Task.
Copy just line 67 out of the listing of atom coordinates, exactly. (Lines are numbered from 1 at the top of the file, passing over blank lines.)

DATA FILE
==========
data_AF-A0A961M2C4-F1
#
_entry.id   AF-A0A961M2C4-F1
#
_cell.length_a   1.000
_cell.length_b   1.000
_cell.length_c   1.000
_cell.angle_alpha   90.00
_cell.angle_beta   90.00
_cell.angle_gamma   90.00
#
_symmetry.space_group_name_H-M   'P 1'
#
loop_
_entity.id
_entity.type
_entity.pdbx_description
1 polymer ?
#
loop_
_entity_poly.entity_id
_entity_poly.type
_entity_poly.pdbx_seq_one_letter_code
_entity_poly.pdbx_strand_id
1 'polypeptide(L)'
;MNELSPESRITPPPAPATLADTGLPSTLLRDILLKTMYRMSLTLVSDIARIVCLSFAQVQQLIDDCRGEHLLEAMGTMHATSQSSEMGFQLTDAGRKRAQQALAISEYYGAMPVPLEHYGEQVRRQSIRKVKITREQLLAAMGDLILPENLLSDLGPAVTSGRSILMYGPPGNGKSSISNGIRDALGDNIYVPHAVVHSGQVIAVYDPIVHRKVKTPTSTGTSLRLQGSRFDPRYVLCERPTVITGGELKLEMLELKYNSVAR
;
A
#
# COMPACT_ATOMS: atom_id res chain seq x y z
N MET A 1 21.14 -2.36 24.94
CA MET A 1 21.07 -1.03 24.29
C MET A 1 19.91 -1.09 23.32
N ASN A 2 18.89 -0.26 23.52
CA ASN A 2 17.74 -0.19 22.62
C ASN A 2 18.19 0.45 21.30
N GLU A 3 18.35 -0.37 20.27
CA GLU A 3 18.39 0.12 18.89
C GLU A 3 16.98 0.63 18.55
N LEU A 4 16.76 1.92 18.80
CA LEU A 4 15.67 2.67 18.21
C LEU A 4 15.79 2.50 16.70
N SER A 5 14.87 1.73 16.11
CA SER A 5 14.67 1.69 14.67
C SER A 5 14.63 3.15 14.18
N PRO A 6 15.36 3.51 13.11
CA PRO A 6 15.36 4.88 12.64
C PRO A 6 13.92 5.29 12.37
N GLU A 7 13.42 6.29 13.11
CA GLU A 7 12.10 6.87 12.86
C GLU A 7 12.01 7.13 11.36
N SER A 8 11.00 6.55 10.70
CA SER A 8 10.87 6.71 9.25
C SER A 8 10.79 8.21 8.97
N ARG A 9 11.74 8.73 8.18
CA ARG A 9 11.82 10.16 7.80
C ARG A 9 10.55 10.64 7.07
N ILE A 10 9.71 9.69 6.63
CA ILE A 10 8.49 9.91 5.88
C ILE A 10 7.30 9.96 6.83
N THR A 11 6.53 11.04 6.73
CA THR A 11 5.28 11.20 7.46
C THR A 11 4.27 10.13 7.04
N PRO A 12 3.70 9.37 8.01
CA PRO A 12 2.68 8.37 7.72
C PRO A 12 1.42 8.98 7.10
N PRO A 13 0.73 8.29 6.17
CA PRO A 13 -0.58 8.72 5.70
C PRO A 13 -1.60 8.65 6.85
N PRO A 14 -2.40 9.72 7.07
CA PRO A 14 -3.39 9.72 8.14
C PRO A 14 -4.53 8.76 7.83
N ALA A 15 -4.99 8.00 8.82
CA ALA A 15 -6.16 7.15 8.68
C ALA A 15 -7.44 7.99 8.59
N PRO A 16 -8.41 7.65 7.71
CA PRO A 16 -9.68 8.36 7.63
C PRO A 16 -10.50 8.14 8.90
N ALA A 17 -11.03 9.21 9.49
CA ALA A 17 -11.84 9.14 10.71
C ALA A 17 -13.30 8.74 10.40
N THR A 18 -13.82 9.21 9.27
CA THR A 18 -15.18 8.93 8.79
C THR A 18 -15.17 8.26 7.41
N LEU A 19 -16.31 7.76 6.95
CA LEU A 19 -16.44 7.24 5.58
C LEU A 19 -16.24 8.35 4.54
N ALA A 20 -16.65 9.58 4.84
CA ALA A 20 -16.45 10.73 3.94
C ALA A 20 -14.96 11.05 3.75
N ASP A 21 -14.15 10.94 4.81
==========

N PRO A 13 0.73 8.29 6.17